The Best Massachusetts Moments of the DNC

It wouldn't be a DNC without Massachusetts showing off its Democratic Party bonafides.

Surely you remember day one of the convention, a big night for Massachusetts Democrats that saw our mayor make a bold statement about his sobriety and a primetime address from Elizabeth Warren.

But here are some other highlights that you might have missed.

‘We own the finish line.’

Vice President Joe Biden slipped in a nod to Boston at the end of his speech Wednesday night when he declared: “We are America, second to none. And we own the finish line. Don’t forget it!”

The line is a reference to Biden gave in the city two years ago to mark the one-year anniversary of the Boston Marathon bombings.

“We will never cower,” he said at the time. “We are Boston. We are America. We respond, we endure, we overcome, and we own the finish line.”

Maura Healey doubles down on assault weapons

While back at home the move was getting an angry response from gun rights groups and top politicians, Maura Healey’s proposal to crack down on “copycat” assault rifles was received warmly in Philadelphia.

“The action we took was about closing the loophole, making clear that people understood the law, and making clear that people understood that we were going to enforce the law,” Healey told reporters on Monday. She also sat on a gun regulation panel with Mark Kelly, the astronaut married to Congresswoman Gabrielle Giffords, who survived a shooting in 2011.

Guvs vs. the Donald

Speaking at a breakfast gathering, Deval Patrick and Mike Dukakis both took the opportunity to lob insults at the GOP and their nominee.

Patrick said he’s “appalled” by Trump.

“The guy’s a screwball,” said Dukakis. He likes the “screwball” line.

Breakfast with Bernie

Surprise! Bernie Sanders stopped by unannounced to greet Massachusetts Democrats over breakfast on Wednesday and make the case for the Clinton presidency.

“Trump is a demagogue,” Sanders said. “We all have Republican friends, and we’ve disagreed with them, but most of them happen to believe in the Constitution of the United States of America. Trump does not, and that’s not Bernie Sanders’ view, that is the view of many Republicans.”

Elizabeth Warren Gives a PowerPoint presentation

Hearkening back to her professorial days, Sen. Elizabeth Warren treated convention-goers to “a slick 40-minute PowerPoint presentation on how and why the US economy is failing American working families — and, of course, how to fix it,” reports the Boston Globe.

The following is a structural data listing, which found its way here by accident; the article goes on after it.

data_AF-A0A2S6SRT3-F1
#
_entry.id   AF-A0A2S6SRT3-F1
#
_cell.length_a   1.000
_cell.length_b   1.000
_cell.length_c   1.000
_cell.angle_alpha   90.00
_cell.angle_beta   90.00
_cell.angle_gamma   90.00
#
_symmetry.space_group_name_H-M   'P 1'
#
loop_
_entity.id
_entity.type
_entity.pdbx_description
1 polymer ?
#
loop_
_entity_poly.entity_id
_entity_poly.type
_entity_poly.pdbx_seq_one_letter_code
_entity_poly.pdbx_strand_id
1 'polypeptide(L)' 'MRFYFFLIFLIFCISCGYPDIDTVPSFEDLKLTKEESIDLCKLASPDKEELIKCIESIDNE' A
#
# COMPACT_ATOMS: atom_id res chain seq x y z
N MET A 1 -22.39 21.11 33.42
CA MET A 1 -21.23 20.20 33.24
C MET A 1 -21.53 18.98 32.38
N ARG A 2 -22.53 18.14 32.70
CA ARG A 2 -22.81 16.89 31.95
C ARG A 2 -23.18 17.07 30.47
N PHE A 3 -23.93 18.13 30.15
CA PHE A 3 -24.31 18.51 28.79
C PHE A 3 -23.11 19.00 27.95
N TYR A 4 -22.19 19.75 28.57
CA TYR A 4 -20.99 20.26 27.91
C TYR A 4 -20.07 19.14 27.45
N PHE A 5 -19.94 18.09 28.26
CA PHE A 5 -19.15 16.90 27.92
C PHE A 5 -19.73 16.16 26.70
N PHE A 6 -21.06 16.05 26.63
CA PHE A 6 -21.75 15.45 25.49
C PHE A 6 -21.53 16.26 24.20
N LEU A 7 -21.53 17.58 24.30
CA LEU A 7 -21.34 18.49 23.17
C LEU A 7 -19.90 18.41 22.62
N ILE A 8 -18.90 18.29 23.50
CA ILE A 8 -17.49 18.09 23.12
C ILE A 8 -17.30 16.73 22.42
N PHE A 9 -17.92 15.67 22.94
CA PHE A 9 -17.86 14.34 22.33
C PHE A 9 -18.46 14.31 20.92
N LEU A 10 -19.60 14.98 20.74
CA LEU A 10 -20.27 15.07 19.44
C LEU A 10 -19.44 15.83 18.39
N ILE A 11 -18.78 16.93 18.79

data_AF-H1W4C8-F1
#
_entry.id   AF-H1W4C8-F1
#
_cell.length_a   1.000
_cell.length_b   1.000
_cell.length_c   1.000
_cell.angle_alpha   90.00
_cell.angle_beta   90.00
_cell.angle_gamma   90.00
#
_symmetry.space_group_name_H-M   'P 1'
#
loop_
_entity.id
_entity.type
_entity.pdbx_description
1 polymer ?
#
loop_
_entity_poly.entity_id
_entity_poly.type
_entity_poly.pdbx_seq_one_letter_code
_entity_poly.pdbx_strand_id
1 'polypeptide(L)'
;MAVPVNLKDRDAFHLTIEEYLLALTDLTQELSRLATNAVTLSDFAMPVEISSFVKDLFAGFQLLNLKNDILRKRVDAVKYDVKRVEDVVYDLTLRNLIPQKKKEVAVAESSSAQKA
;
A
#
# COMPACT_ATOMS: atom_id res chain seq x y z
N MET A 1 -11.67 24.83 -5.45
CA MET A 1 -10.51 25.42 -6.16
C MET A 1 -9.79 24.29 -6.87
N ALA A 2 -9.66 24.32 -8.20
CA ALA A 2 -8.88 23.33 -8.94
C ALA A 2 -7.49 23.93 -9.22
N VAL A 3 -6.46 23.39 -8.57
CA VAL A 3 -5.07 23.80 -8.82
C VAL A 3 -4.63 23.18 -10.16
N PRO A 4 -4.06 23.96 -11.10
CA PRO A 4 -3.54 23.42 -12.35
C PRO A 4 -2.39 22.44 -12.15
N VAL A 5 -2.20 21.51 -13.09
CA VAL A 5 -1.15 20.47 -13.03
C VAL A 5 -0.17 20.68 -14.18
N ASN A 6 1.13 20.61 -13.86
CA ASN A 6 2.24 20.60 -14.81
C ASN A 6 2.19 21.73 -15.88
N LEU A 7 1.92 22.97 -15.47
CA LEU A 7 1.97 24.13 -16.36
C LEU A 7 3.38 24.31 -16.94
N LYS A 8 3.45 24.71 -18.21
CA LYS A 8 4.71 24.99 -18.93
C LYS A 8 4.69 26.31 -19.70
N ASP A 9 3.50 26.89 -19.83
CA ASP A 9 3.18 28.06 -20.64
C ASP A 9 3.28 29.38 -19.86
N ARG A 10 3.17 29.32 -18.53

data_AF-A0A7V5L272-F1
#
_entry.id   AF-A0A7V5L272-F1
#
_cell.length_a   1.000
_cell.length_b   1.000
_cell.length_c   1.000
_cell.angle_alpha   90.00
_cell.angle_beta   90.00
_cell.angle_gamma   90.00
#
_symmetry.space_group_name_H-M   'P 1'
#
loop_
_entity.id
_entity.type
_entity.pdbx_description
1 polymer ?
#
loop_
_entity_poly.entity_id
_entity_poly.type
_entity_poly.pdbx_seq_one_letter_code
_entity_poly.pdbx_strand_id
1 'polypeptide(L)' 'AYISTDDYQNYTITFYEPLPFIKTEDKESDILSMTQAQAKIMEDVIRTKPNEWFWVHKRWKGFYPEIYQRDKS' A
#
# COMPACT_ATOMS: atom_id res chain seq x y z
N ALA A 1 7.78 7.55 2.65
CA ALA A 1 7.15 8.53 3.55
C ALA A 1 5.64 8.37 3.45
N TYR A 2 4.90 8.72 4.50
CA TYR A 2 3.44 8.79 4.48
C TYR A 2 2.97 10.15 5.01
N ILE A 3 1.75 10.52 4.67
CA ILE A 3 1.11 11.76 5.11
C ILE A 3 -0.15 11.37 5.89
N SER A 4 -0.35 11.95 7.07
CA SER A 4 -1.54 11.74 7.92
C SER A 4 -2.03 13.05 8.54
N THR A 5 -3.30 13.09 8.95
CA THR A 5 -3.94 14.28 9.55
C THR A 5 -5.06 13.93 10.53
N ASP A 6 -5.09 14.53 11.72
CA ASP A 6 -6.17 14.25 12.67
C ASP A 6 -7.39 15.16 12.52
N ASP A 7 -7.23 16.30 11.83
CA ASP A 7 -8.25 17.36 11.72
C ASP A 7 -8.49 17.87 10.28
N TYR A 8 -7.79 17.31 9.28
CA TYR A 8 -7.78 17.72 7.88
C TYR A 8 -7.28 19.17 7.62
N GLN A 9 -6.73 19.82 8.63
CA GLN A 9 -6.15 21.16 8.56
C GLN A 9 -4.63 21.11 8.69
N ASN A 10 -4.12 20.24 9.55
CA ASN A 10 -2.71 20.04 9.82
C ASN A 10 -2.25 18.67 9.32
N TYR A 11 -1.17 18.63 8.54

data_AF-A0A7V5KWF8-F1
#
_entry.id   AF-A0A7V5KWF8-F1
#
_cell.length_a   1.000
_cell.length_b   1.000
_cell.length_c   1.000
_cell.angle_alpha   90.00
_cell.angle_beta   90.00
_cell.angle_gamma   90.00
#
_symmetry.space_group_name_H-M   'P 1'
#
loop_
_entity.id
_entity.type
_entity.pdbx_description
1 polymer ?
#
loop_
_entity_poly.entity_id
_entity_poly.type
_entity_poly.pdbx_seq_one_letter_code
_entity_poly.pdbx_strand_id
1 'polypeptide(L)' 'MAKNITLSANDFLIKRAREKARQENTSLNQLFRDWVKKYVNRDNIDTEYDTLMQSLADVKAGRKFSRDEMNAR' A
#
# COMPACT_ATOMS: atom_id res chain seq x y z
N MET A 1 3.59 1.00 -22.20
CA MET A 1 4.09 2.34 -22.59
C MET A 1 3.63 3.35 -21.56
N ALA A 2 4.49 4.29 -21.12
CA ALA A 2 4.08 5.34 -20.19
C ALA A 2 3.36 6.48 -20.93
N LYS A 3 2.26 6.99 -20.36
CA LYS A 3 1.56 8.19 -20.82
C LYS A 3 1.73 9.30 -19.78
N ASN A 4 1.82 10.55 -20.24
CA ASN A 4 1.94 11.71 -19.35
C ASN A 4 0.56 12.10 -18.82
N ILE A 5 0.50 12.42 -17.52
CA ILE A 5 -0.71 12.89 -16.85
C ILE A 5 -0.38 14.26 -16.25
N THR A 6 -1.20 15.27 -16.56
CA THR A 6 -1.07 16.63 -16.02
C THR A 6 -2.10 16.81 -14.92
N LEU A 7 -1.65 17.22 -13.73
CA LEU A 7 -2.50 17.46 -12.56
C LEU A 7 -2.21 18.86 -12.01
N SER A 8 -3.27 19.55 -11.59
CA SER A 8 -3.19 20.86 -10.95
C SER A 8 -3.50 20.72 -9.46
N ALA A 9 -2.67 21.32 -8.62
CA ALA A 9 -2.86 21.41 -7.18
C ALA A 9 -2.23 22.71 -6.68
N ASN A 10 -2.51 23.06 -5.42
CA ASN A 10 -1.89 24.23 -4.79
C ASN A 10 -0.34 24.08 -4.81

Just to bring it on home, check out the visual aid she used in said slideshow, per the New York Times:

Another graphic demonstrating income inequality showed a scale with a Boston Red Sox baseball cap representing the bottom 90 percent of earners on the lower end, and a top hat representing the top 10 percent at the higher end. Per Professor Warren: In 1980, 90 percent of Americans got 70 percent of all new wealth generated. In 2016, the same share of Americans received less than 1 percent of the new wealth generated.

Michelle Obama’s speechwriter gets some recognition

Remember, behind every speech there’s always a speechwriter. And there’s always a Massachusetts angle. Wayland native and Harvard grad Sarah Hurwitz got some recognition this week for her role penning Michelle Obama’s well-received speech this week.

Bill Weld swoops in

In the midst of all the convention-ing, former governor and current candidate for vice president Bill Weld showed up to offer his take on Clinton’s nomination.

Weld, who also this week called Trump a “malignant narcissist,” appeared in Philadelphia to “help mark the occasion for my old friend Hillary and her historic achievement,” he told WGBH’s Jim Braude.

Jill Stein does, too

Jill Stein, the Green Partier from Lexington and perennial third party candidate, also appeared at the convention, but for less supportive reasons. Accompanied by a Fox Business new crew, she marched through the Wells Fargo Center – a spectacle designed to court spurned Bernie supporters.

WGBH’s Adam Reilly caught up with her for an impromptu interview:

The Boston Globe’s Yvonne Abraham was not impressed, calling her campaigning a “new low” in a column on Thursday.

“Stein is encouraging voters to let the perfect be the enemy of the sane,” Abraham wrote.

Nothing Stops Etta Goodstein

Before the convention, the 63-year-old Cape Cod resident and DNC delegate was in hospice care battling cancer. But nothing was going to keep her out of Philadelphia and away from the historic nomination, Goodstein said in an interview with All Things Considered.

“I’m a little fatigued, but I’m here,” she said. “I have said to people, including family members, that I would rather die on the floor of the convention than to miss this. I need to be that witness in history, for my soul.”